A copy of the order was sent to Attorney with a request to respond. In his response dated March 7, 2010, Attorney stated that the ODC informed the State Bar of Nevada of the conviction. Attorney disclosed the arrest and conviction to the ODC pursuant to an inquiry contained in the annual registration statement. Attorney stated further that Attorney did not intend to conceal this mistake. Attorney stated he was unaware of the reporting requirements of SCR 111, and “this rule went into effect in 2007 and I was unaware of the obligations there under.” The panel considered that first-time DUI offenders typically do not receive disciplinary sanctions in any jurisdiction. However, the Supreme Court appears to be more concerned with the fact that Attorney failed to disclose the conviction to the State Bar of Nevada. Based on the foregoing, Attorney was REPRIMANDED for violating SCR 111(2) (Attorneys convicted of crimes: Duty to inform bar counsel).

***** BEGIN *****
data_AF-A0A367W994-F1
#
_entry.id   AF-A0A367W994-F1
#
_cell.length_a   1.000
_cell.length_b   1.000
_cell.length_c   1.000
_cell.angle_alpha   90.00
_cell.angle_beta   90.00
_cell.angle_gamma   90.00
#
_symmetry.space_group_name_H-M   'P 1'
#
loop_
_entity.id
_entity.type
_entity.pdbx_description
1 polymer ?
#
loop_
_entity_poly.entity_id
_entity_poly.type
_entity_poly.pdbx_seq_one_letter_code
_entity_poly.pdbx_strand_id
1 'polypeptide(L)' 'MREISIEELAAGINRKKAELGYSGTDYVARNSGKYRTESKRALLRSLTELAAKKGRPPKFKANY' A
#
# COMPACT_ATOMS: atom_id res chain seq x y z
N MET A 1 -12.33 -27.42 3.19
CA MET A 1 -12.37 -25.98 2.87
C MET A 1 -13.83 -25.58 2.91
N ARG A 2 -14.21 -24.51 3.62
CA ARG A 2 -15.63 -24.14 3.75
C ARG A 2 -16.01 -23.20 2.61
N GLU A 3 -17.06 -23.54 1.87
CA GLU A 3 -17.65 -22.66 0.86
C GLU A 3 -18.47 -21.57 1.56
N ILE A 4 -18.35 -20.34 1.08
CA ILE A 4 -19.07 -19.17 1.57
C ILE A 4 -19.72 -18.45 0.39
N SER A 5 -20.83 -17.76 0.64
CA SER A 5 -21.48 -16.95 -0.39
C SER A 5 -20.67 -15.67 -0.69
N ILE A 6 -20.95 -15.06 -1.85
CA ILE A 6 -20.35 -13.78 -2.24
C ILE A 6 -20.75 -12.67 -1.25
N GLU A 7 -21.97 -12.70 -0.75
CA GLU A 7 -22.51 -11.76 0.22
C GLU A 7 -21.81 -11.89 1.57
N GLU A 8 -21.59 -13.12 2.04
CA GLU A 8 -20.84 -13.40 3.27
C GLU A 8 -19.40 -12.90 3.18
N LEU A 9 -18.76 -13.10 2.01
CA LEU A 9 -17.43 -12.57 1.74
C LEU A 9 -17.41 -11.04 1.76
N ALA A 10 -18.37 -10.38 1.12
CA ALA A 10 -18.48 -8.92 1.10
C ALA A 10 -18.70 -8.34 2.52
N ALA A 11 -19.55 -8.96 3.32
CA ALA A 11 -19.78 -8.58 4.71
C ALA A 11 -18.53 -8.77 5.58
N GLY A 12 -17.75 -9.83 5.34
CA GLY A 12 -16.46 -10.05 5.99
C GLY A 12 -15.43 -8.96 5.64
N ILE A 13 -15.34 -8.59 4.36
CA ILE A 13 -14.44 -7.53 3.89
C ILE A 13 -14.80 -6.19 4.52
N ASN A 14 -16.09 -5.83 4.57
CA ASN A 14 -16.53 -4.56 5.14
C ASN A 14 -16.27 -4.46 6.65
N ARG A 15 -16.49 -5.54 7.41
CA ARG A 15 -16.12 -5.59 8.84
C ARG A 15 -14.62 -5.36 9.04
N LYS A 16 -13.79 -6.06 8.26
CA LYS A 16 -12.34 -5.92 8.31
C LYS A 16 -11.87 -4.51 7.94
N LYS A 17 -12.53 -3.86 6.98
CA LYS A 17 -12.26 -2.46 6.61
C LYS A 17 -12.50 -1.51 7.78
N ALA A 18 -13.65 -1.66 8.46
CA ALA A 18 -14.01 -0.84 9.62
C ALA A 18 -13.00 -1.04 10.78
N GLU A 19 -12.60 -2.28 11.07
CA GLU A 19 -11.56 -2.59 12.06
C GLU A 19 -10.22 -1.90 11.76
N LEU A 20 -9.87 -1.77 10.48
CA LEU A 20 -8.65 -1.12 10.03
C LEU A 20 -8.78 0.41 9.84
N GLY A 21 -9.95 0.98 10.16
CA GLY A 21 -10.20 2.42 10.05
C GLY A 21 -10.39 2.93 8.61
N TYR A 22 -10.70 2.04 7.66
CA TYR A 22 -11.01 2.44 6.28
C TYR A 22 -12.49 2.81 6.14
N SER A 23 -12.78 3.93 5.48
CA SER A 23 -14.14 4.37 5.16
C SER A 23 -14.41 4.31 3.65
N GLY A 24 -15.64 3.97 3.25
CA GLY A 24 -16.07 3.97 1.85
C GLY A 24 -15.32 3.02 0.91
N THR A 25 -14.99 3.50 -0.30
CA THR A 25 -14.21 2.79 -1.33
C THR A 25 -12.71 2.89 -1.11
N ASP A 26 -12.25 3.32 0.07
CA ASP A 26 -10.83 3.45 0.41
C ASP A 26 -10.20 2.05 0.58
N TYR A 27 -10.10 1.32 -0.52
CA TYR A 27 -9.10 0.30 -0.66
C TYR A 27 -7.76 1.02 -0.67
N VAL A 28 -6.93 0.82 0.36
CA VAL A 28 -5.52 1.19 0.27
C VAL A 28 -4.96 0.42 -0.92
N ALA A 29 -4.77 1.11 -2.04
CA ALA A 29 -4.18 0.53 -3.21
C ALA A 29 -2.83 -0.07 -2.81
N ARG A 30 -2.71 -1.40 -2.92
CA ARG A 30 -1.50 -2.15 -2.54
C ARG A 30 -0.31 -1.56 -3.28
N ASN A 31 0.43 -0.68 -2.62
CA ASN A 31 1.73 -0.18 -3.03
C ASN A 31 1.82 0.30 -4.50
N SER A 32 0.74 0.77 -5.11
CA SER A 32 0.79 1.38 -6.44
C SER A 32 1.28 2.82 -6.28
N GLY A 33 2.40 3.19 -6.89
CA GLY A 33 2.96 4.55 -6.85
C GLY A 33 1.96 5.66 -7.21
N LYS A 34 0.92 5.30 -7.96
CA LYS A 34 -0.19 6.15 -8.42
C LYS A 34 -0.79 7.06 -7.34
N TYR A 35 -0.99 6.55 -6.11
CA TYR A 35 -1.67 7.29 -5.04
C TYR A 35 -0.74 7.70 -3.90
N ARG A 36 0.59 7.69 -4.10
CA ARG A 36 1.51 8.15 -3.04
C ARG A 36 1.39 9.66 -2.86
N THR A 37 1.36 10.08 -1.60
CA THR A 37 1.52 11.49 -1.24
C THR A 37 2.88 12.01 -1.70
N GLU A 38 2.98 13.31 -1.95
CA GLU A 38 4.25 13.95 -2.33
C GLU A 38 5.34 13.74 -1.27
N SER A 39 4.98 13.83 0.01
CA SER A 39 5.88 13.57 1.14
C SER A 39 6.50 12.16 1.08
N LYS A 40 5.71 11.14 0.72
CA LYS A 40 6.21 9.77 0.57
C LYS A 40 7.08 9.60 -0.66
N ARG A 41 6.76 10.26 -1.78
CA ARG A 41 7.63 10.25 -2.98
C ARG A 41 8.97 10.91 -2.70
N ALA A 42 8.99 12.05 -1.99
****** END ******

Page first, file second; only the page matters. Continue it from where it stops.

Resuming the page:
File No. : 10-098-3382 Letter of Reprimand imposed on attorney for failure to safekeep property. On October 9, 2006, Attorney entered into a contract with Lender as the guarantor of a loan for Attorney’s clients. The Clients borrowed $7,500 at a 20 percent monthly interest rate and a $500 origination fee. Attorney stated in his response to the State Bar of Nevada that Attorney was reluctant to sign the lien but agreed to do so because Lender assured Attorney that he was “a reputable lender and was licensed in the state of Nevada.” After Attorney signed the lien, Attorney discovered that Lender was not licensed as a lender in the state of Nevada. Attorney contended that Lender was in violation of NRS 675.060, which states in part: No person may engage in the business of lending in this state without first having obtained a license from the Commissioner. Believing that the October 9, 2006, contract was not valid based on the fact that Lender did not have a lender’s license, Attorney disbursed Clients’ portion of the settlement to them and advised them not to pay the loan to Lender which had increased to an amount in excess of $40,000. On June 6, 2008, Lender filed a complaint against Attorney’s law firm, the Clients, and Attorney for breach of contract. On July 31, 2009, Attorney filed a Motion for Summary Judgment in which Attorney argued Lender was not licensed pursuant to NRS 675.060. In an October 7, 2009 hearing, the court denied Attorney’s Motion for Summary Judgment finding that Attorney and Clients knowingly entered into the loan contract and that the referenced statute was not in effect at the time the contract was signed.